Overtime the heart of a product manager starts to form a physical shape akin to taijitu, the iconic yin yang symbol.
What’s the number one advertised job of a product manager? Communication. From communication stems other acceptable answers, like expectation management and documentation. An alternative response rarely given but just as acceptable is the job of a mediator. Failure as the mediator is swift and hard if the product manager doesn’t have the right heart.
It is my belief that the arcane arts of product management are equal parts benevolent light and manipulative dark, intermixed. To illustrate, lets walk through a typical interaction.
Projects are the unit of measurement, or currency, of product managers. Projects add value to the sales and marketing constituents because each additive project grants more available options. Projects are the compartmentalized tasks engineers tackle. They are marketing’s ammunition and engineering’s lifeblood.
Typically, the process goes like this (and obviously I’m speaking in generics here): cross functional teams of sales, marketing, product, design, and engineering folks collaborate to decide what projects to do. Requests are made, suggestions are added, feedback is replied, decisions are eventually made, and the various teams do the work required to complete the project.
I have noticed a consistent trend during this process. Business folk often get less and engineering folk build more than they both want. We are left with a situation where there are individual losers and rarely winners.
Now, certainly I’m speaking to core human emotions. Good teams work together, good leaders bind, and rational colleagues can reach consensus. But we all know how hard that is because we’re ultimately very Hobbesian with our emotions. We play to win the game, sometimes even with the ones we love! So of course, with not getting our way in the workplace, we constantly face our basic human emotions to be frustrated when results aren’t what we want.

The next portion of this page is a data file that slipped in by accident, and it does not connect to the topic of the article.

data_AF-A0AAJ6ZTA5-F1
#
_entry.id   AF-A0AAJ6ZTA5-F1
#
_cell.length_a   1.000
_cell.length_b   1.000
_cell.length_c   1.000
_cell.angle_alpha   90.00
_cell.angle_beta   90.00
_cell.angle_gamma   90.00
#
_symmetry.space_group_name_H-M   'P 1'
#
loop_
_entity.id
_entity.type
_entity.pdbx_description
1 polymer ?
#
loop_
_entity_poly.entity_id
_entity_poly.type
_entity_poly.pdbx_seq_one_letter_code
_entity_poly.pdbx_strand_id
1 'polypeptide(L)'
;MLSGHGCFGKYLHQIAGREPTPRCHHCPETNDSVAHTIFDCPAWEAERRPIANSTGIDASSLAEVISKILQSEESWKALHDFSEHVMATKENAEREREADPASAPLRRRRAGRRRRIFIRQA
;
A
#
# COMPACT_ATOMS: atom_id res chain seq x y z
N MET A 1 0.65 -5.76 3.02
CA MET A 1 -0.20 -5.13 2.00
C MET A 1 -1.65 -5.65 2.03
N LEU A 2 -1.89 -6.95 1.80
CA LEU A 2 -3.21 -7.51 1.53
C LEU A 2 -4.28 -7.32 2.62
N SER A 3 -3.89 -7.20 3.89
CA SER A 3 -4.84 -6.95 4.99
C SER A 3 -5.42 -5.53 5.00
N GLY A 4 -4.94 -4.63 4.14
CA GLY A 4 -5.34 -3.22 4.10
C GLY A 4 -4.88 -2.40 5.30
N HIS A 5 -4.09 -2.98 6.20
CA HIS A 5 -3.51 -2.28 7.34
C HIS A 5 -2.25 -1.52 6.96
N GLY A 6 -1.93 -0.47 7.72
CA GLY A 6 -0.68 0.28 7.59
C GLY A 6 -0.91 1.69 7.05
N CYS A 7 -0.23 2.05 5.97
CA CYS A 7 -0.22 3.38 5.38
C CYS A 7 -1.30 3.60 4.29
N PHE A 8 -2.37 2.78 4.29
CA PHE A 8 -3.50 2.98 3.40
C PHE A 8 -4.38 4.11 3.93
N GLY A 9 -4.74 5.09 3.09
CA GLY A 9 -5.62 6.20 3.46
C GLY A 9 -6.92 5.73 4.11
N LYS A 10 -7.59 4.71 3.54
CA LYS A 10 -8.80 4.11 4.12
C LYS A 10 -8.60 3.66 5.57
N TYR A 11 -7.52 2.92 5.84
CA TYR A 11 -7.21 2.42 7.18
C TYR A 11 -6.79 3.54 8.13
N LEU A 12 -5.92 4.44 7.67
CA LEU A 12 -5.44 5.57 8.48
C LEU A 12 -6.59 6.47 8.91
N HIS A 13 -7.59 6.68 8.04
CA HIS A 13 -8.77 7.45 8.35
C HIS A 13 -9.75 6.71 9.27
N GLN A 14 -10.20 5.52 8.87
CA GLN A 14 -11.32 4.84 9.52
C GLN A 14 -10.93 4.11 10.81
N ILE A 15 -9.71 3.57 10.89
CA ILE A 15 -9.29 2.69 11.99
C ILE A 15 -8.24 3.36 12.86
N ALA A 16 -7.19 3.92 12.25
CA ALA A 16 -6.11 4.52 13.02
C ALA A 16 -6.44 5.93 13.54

This is where the product manager comes in. As the communicator, she must always be the bearer of bad news. Once compromise is reached, the letdown must be relayed to all constituents.
The good product manager realizes that positivity and rationality are her friend. She speaks to the organization’s vision, and explains clearly why decisions were made. Data is an important component of the communication. She can be successful by always remaining professional, positive, optimization, honest, transparent, and thorough.
The the reasons why the good product manager mediates is where the dark arts come in. She is mediates because she knows that to create buy-in from the team, those individuals must feel like they at least came out even. She can not paint a picture where they lost. Wait—what does that even mean? Losing in this context means: feeling of not being heard, perceived loss of autonomy, uneven amount of work required to complete the project, lack of understanding of needs. If the product manager communicates in a manner where the constituent feels they lost—either getting less than they asked for or must do more than they want—the team dynamic suffers. A team dynamic is important because it’s the only source of trust, and trust is one of, if not thee, most important team dynamics.
My current recommendation is to not become a manipulative person. Honesty, transparency, thoroughness, professionalism—these are the hallmarks of the best product managers. But you will be so much more effective at the communication required of you if you realize that the ultimate task is to mediate and explain why there are no losers. This odd paradox is tough to balance because those who are professional and honest hate to think they are doing their job to persuade people on compromise, while those who are good at persuasion usually don’t display the most admirable personal traits. The weak heart folds to the natural conflict of the role while the hard heart never absorbs empathy for its constituents. Therein lies the yin and the yang.